The Joker Can Fit Any Story You Prefer to Tell

As the song goes, “Everybody Loves A Clown”… Well, everybody except the Batman. And all the Robins. And the GCPD. And Gotham City. But the clown keeps coming back, regardless of who wants him hanging around. He always will. The Joker is now starring in his own origin film, so audiences can have another glimpse at the Clown Prince of Crime. His legacy is nearly as old as Batman’s cape and cowl.

Questions surrounding the character’s enduring popularity have raged for decades, but his appeal perhaps isn’t so hard to reconcile when we note what separates him from other DC villains—namely, in a universe where all the bad guys build their personas on schticks, the Joker is a cipher. The clown getup stays the same, but who he is entirely depends on what the story requires.

Is there a reason why the Joker lends himself to a more flexible character interpretation than other villains? The most obvious answer is simple enough: That’s what happens when you’ve been around for the better part of a century. There’s no possible way to remain the same over that length of time, especially with a constant turnover of writers and actors bringing the character to life.

From his first comics appearance in 1940, the Joker was little more than a creative serial killer in costume, offing victims with a venom that gave them his perpetual grin. Once comics began issuing more kid-friendly content, the Joker’s character was tempered by a certain level of playfulness, but even that wasn’t enough to appease the Comics Code Authority, which emerged in the 1954 due to public panic over “the kids” and how popular entertainment was affecting them. With those rules set down, the Joker was forbidden from committing murder at all, and started to fade into the background—only to be resurrected by his very first live-action portrayal from Cesar Romero in 1966’s Batman television series.

Batman, 1966, Joker, Cesar Romero

The swing of the Joker’s character from homicidal terror to goofy prankster to personification of chaos has always been a part of the character’s history, a needle that shifts position based on what seems popular at the time, and how readers (and viewers) respond to his antics. It’s arguable that the darker runs at the start of the Modern Era in comics tipped the scales permanently in favor of the Joker’s more malicious doings—The Dark Knight Returns, “A Death in the Family”, and The Killing Joke all had major bearing on the Joker’s more cemented position within the Batman canon—but other options have been explored. Batman: The Animated Series cast Mark Hamill in the role of the Joker, and the show did an excellent job of balancing a myriad of qualities the character was known for, allowing for menace and abuse alongside a more robust sense of humor and the occasional slapstick gambit. The character managed to fall somewhere in the middle in Jack Nicholson’s turn as well, equal parts gangster and sad clown, and a bit more mythic in his construction as the person who “made” Batman by virtue of killing Bruce Wayne’s parents.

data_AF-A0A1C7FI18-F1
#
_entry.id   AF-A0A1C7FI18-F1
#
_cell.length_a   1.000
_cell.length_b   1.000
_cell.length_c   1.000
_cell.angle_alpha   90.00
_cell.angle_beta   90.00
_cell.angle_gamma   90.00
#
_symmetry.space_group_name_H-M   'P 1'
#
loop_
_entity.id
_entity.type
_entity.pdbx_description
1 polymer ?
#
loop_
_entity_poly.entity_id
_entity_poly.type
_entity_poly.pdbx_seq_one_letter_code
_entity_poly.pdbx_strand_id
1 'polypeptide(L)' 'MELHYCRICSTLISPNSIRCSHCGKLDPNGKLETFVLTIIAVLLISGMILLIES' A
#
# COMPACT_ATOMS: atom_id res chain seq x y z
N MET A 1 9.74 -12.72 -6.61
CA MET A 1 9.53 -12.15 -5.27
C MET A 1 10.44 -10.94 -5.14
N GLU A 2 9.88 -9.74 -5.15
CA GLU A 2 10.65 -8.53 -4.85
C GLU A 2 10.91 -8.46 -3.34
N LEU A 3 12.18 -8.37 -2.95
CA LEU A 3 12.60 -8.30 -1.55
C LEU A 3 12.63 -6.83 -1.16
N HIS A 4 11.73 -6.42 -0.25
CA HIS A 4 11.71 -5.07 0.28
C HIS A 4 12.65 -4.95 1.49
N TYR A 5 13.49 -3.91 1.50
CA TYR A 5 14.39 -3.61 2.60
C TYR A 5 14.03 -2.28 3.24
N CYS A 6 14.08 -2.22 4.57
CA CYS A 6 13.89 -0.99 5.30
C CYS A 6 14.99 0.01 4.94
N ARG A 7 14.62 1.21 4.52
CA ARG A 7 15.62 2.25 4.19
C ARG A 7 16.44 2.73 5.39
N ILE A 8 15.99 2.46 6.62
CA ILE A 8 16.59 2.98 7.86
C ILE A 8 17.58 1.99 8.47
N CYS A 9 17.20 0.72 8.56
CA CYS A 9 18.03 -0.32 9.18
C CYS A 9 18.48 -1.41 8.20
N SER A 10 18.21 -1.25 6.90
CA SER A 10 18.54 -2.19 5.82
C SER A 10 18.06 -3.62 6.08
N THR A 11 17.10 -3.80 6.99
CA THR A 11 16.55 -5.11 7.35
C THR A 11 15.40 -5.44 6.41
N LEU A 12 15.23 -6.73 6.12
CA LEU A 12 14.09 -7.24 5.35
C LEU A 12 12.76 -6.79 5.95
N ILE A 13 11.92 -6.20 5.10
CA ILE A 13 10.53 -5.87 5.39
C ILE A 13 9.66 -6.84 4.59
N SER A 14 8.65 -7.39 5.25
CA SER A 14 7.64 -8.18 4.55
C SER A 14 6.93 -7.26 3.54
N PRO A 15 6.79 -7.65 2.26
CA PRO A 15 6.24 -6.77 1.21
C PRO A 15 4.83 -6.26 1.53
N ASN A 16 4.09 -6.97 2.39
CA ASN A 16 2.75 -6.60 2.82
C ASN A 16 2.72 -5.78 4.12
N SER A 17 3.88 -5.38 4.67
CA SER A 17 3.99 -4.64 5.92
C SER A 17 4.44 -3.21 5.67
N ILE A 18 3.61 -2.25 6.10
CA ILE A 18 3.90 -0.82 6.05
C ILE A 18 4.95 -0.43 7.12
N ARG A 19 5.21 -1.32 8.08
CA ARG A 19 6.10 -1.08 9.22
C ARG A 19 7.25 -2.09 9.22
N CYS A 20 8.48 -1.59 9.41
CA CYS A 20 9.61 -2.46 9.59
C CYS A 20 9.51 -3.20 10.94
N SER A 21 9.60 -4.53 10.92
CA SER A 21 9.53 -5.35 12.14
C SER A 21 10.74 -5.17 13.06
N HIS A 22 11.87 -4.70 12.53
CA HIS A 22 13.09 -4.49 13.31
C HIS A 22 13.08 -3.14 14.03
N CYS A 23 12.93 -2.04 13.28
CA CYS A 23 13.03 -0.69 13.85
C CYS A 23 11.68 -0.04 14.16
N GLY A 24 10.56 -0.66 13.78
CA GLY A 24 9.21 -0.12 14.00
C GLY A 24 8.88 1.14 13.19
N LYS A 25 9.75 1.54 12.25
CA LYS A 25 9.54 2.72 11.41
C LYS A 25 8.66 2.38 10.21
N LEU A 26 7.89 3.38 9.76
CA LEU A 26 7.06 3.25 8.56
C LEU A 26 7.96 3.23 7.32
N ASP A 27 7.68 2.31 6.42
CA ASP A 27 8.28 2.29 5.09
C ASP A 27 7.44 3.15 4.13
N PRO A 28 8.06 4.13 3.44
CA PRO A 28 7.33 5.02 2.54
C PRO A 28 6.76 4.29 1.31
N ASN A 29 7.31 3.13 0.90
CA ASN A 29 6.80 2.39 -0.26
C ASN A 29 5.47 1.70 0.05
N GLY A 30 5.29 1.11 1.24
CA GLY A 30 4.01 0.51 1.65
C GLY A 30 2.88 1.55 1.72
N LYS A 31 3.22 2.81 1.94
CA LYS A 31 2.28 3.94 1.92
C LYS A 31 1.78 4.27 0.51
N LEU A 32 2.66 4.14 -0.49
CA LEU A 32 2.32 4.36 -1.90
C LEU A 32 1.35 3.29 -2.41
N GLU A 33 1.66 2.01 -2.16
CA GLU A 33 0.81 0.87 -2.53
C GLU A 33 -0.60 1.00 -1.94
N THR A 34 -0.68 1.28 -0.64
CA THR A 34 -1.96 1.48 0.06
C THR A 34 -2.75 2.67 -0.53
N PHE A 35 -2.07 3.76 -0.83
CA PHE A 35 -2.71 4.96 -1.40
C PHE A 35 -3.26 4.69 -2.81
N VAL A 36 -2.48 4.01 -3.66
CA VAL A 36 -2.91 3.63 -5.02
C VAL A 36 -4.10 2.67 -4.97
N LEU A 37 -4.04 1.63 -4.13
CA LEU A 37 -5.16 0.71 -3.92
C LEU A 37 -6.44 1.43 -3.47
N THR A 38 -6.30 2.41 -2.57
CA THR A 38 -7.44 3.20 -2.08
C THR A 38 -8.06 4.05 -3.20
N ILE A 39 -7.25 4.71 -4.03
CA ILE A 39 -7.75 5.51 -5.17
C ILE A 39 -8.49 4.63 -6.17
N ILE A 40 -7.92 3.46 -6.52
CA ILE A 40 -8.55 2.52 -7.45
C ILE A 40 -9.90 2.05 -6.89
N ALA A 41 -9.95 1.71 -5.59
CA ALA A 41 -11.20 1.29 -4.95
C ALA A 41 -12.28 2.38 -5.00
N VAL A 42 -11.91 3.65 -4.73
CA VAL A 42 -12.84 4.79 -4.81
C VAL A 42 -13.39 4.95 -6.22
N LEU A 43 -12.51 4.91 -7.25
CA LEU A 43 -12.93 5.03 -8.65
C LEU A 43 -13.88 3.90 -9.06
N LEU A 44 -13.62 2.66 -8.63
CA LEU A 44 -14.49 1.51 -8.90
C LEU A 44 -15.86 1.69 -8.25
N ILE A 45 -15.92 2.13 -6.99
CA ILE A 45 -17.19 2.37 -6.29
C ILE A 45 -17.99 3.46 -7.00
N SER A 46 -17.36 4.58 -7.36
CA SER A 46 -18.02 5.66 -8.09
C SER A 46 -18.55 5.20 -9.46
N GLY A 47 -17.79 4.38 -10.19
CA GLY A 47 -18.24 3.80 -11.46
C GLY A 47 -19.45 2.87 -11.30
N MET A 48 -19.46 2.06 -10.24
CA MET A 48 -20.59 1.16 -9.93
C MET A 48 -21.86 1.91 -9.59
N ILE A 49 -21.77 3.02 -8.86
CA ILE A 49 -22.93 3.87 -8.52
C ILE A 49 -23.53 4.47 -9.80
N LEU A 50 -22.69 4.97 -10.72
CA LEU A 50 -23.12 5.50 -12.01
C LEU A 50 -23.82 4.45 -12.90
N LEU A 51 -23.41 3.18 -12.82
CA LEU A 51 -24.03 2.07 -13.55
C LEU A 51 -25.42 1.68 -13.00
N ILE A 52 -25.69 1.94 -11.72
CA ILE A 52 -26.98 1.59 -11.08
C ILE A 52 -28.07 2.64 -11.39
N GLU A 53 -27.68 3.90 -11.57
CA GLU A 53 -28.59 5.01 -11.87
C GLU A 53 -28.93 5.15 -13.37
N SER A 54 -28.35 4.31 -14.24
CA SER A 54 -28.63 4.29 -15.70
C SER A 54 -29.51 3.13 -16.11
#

Heath Ledger’s portrayal of the Joker hinged on bringing the more chaotic tendencies of the character front and center. In addition to considering himself Batman’s equal opposite, The Dark Knight’s Joker thrived on sowing discord amongst seemingly “good” people, whether it was encouraging Harvey Dent on his road to becoming Two-Face, or trying to get two ferries of Gotham citizens to blow each other up out of fear. He also deliberately kept his own origins a secret, always telling different stories around his prominent facial scars. In terms of genuine horror, Ledger’s version keyed into one of the most terrifying aspects of the Gotham’s Harlequin of Hate—his unpredictability. The fact that he managed to project a sheen of likability despite the horrors he perpetuated made his take one of the most compelling iterations of both the character, and any superhero villain to date. Then there was the erratic and bullying turn by Jared Leto in Suicide Squad, followed shortly by Joaquin Phoenix, who is currently occupying the role by bringing all the dour realism to the Joker that modern audiences seem hungry for of late.

The Dark Knight, Joker, Heath Ledger

Then again, the “long arc, many iterations” answer might be too simple. After all, Batman has been around even longer than the Joker, and while the tones and trappings of his stories may change, the core of his character remains—a rich boy orphaned by violence who grows up and chooses to defend the city he loves, donning a bat costume to frighten criminals. For the most part, Batman’s rules and style guide stay intact: Kid sidekick, no-kill rule, detective and noir underpinnings, fake playboy status to keep people off his alter ego’s track. There are some vacillations, as not everyone enjoys the kid sidekicks and others prefer to show Bruce Wayne as a more active boss and leader in his family company, but Batman is Batman. Tone doesn’t really change the fundamental core of the character unless alternate universes are in play.